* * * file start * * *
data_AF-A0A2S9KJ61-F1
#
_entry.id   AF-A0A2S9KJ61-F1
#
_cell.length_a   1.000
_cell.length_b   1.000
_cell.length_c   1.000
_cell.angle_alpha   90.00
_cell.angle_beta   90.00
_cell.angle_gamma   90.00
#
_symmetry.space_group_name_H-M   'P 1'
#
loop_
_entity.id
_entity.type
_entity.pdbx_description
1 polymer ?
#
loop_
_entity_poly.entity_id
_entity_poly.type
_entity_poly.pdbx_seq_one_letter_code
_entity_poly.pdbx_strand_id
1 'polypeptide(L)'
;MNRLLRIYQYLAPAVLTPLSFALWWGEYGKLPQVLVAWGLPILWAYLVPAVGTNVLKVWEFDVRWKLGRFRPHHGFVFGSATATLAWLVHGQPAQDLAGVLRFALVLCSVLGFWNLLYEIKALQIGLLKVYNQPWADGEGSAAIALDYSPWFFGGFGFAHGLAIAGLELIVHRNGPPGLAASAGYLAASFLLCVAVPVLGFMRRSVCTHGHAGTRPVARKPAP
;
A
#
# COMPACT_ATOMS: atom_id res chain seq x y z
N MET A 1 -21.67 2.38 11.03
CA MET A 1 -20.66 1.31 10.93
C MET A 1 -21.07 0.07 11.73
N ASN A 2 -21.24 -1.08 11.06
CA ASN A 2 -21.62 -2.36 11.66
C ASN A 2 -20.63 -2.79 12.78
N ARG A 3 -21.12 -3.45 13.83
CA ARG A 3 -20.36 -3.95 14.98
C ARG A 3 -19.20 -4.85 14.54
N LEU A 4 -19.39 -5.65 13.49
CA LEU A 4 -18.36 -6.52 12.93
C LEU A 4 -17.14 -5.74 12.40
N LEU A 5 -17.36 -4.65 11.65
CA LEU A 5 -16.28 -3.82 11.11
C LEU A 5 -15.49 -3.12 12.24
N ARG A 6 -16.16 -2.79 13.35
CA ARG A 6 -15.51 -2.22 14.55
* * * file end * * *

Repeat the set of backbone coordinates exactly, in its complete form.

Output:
data_AF-A0A2S9KJ61-F1
#
_entry.id   AF-A0A2S9KJ61-F1
#
_cell.length_a   1.000
_cell.length_b   1.000
_cell.length_c   1.000
_cell.angle_alpha   90.00
_cell.angle_beta   90.00
_cell.angle_gamma   90.00
#
_symmetry.space_group_name_H-M   'P 1'
#
loop_
_entity.id
_entity.type
_entity.pdbx_description
1 polymer ?
#
loop_
_entity_poly.entity_id
_entity_poly.type
_entity_poly.pdbx_seq_one_letter_code
_entity_poly.pdbx_strand_id
1 'polypeptide(L)'
;MNRLLRIYQYLAPAVLTPLSFALWWGEYGKLPQVLVAWGLPILWAYLVPAVGTNVLKVWEFDVRWKLGRFRPHHGFVFGSATATLAWLVHGQPAQDLAGVLRFALVLCSVLGFWNLLYEIKALQIGLLKVYNQPWADGEGSAAIALDYSPWFFGGFGFAHGLAIAGLELIVHRNGPPGLAASAGYLAASFLLCVAVPVLGFMRRSVCTHGHAGTRPVARKPAP
;
A
#
# COMPACT_ATOMS: atom_id res chain seq x y z
N MET A 1 -21.67 2.38 11.03
CA MET A 1 -20.66 1.31 10.93
C MET A 1 -21.07 0.07 11.73
N ASN A 2 -21.24 -1.08 11.06
CA ASN A 2 -21.62 -2.36 11.66
C ASN A 2 -20.63 -2.79 12.78
N ARG A 3 -21.12 -3.45 13.83
CA ARG A 3 -20.36 -3.95 14.98
C ARG A 3 -19.20 -4.85 14.54
N LEU A 4 -19.39 -5.65 13.49
CA LEU A 4 -18.36 -6.52 12.93
C LEU A 4 -17.14 -5.74 12.40
N LEU A 5 -17.36 -4.65 11.65
CA LEU A 5 -16.28 -3.82 11.11
C LEU A 5 -15.49 -3.12 12.24
N ARG A 6 -16.16 -2.79 13.35
CA ARG A 6 -15.51 -2.22 14.55